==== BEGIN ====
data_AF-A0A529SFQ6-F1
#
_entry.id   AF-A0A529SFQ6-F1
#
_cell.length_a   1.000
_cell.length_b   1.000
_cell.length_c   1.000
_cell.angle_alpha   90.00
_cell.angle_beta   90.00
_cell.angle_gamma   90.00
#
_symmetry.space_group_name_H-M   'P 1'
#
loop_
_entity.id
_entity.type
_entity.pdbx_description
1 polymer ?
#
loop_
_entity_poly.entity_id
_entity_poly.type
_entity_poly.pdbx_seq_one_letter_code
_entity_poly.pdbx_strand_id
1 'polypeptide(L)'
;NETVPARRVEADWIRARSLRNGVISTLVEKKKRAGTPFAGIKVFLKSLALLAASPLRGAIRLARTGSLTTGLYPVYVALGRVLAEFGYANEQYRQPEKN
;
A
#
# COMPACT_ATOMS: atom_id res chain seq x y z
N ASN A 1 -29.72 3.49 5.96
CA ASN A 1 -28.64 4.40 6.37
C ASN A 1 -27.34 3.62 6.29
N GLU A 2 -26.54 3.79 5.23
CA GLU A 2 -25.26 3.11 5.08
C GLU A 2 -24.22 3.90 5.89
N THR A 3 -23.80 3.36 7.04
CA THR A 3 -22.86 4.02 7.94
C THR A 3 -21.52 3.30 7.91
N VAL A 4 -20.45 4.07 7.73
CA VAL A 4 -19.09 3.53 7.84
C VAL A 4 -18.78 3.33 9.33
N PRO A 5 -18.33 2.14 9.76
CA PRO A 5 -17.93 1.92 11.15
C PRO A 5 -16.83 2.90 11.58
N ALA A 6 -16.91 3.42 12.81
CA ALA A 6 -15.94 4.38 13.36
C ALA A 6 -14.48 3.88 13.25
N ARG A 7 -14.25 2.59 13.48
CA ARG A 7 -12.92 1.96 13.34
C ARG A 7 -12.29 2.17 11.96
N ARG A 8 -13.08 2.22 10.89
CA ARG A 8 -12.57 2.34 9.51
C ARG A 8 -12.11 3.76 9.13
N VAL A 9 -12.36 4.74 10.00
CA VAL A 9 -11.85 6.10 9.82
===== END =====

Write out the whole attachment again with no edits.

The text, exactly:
data_AF-A0A529SFQ6-F1
#
_entry.id   AF-A0A529SFQ6-F1
#
_cell.length_a   1.000
_cell.length_b   1.000
_cell.length_c   1.000
_cell.angle_alpha   90.00
_cell.angle_beta   90.00
_cell.angle_gamma   90.00
#
_symmetry.space_group_name_H-M   'P 1'
#
loop_
_entity.id
_entity.type
_entity.pdbx_description
1 polymer ?
#
loop_
_entity_poly.entity_id
_entity_poly.type
_entity_poly.pdbx_seq_one_letter_code
_entity_poly.pdbx_strand_id
1 'polypeptide(L)'
;NETVPARRVEADWIRARSLRNGVISTLVEKKKRAGTPFAGIKVFLKSLALLAASPLRGAIRLARTGSLTTGLYPVYVALGRVLAEFGYANEQYRQPEKN
;
A
#
# COMPACT_ATOMS: atom_id res chain seq x y z
N ASN A 1 -29.72 3.49 5.96
CA ASN A 1 -28.64 4.40 6.37
C ASN A 1 -27.34 3.62 6.29
N GLU A 2 -26.54 3.79 5.23
CA GLU A 2 -25.26 3.11 5.08
C GLU A 2 -24.22 3.90 5.89
N THR A 3 -23.80 3.36 7.04
CA THR A 3 -22.86 4.02 7.94
C THR A 3 -21.52 3.30 7.91
N VAL A 4 -20.45 4.07 7.73
CA VAL A 4 -19.09 3.53 7.84
C VAL A 4 -18.78 3.33 9.33
N PRO A 5 -18.33 2.14 9.76
CA PRO A 5 -17.93 1.92 11.15
C PRO A 5 -16.83 2.90 11.58
N ALA A 6 -16.91 3.42 12.81
CA ALA A 6 -15.94 4.38 13.36
C ALA A 6 -14.48 3.88 13.25
N ARG A 7 -14.25 2.59 13.48
CA ARG A 7 -12.92 1.96 13.34
C ARG A 7 -12.29 2.17 11.96
N ARG A 8 -13.08 2.22 10.89
CA ARG A 8 -12.57 2.34 9.51
C ARG A 8 -12.11 3.76 9.13
N VAL A 9 -12.36 4.74 10.00
CA VAL A 9 -11.85 6.10 9.82